Recording of the Week,
A Mozart postscript from Rachel Podger
Musical fragments are eternally tantalising mysteries – from unfinished symphonies by Schubert, Bruckner and Mahler to lost operas by Monteverdi, Handel, Rameau and others. Today’s Recording of the Week presents some of the fruits of a project to restore certain Mozart fragments – which some will find an absorbing deep-dive into the mind of a great composer, and others a presumptuous act of musicological necromancy. As will become clear, I fall firmly into the former category.
Violinist Rachel Podger and fortepianist Christopher Glynn perform seven realised fragments of Mozart sonatas for piano and violin, the work of musicologist Timothy Jones. One fascinating aspect of Jones’s approach is his creation of several completions of each fragment – re-emphasising the impossibility of distilling 'what Mozart would have done'. The compositional process could have taken any number of twists and turns, and Jones sees it as part of his mission to explore multiple possibilities. We are thus treated to two completions each of sonata-fragments in B flat, A and G, book-ending a single completion of one in C minor.
The phrasing 'for piano and violin' is intentional; these are still in many ways piano sonatas 'with violin accompaniment', and the opening of the B flat Sonata Allegro (K372) makes this clear. There are delightful rippling quavers in thirds between the piano and violin – accompanying a melody lying not in the violin, as one might expect, but in the right hand of the piano. This approach predominates throughout, with neither performer dominating the other.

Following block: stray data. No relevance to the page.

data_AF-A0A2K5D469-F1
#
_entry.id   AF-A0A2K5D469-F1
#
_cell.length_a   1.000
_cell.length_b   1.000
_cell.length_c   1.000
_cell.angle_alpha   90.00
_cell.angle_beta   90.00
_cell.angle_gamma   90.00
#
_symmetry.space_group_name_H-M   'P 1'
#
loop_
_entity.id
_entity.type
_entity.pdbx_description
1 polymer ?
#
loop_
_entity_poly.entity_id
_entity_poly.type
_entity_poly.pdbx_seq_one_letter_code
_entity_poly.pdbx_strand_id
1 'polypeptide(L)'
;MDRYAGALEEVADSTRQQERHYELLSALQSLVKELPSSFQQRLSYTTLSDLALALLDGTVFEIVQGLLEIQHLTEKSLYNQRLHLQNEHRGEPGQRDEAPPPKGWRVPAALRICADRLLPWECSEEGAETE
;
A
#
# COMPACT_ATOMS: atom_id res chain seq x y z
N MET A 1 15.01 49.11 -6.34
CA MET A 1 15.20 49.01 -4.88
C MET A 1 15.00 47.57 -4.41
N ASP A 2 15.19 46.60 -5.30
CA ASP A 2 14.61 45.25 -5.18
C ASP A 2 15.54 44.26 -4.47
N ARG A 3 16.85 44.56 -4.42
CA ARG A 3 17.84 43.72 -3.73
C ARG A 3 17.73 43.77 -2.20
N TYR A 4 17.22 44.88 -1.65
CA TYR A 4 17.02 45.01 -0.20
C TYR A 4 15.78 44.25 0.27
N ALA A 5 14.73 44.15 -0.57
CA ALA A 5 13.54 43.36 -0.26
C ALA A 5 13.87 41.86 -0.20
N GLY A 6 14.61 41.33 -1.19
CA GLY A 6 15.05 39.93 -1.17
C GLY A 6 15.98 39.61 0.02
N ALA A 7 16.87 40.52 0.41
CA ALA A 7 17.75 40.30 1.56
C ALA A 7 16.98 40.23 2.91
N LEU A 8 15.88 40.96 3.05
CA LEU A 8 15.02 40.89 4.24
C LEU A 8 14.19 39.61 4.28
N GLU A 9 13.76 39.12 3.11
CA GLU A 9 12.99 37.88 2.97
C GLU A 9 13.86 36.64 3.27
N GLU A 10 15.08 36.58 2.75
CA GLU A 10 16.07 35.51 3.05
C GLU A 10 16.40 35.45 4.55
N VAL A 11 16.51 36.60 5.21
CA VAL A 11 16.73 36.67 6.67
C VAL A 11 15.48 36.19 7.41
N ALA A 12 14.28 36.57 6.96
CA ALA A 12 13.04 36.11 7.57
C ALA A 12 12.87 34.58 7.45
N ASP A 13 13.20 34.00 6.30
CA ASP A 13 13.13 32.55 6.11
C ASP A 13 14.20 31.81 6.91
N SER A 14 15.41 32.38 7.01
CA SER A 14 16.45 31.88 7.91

Jones’s third completion of this Allegro responds to the opening fragment’s bravura by reacting against it, offsetting it with more introspective material that opens the development section. The other completion performed here, his second (confusingly, appearing later in the album…) intentionally does the opposite, leaning into the showy crowd-pleasing virtuosity with a relentless moto perpetuo rollercoaster-ride, with respite only arriving in a brief coda. The task of performing two different completions of the same material and rendering both persuasive and appealing is one that most musicians would probably never expect to be faced with, yet Podger and Glynn convey every nuance of both Mozart and Jones, presenting each of the latter’s musical 'hypotheses' with conviction and sensitivity.
The A major fragment (KV Anh. 48) – the subject of a delightfully arcane dating dispute based on Mozart’s choices of writing-paper – has a more lyrical feel than the B flat major, as well as a distinct gravitas. The imposing opening motif sets the tone for the latter, with a generous use of pedal-points also helping to lend a feeling of stately groundedness. Jones shrewdly hedges his bets on the chronology, offering one completion based on each proposed date. The approach he adopts in completion No. 4 nudges him towards the style of the (complete) Sonata K454 dating from 1784, with its likewise forthright opening and general bold demeanour, as well as fortepiano passagework drawing on the piano concertos written around this date that puts an ever-assured Glynn through his paces. Working from the rival theory, conversely, relocates the sonata to 1787 and a more genteel, private drawing-room environment – completion No. 1 is somewhat closer to chamber music. While the shared material is performed fairly similarly in both cases, the musicians soon display their responsiveness when the music diverges, responding to Jones’s twin personas with equal skill.
The obvious risk of juxtaposing alternative completions is that it enables the listener to indulge in a little armchair musicology of their own and deduce where the Mozart must end and the Jones begin. For me, though, this rather misses the point and seems almost churlish; Jones is scrupulously humble in the sleeve-notes about the nature of his craft, making no claim to have called up Mozart’s ghost for a consultation. Despite his protestations of unworthiness, I never found any points where Mozart’s genius was audibly supplanted by something second-rate. Frankly, Jones does himself a disservice by stating that his completions 'inevitably disfigure' Mozart’s music; this is something far more positive and respectful, a kind of homage paid across the centuries by a sincere and thoughtful devotee. Podger and Glynn deserve no less credit for committing themselves so completely to bringing the fruits of Jones’s scholarship off the page.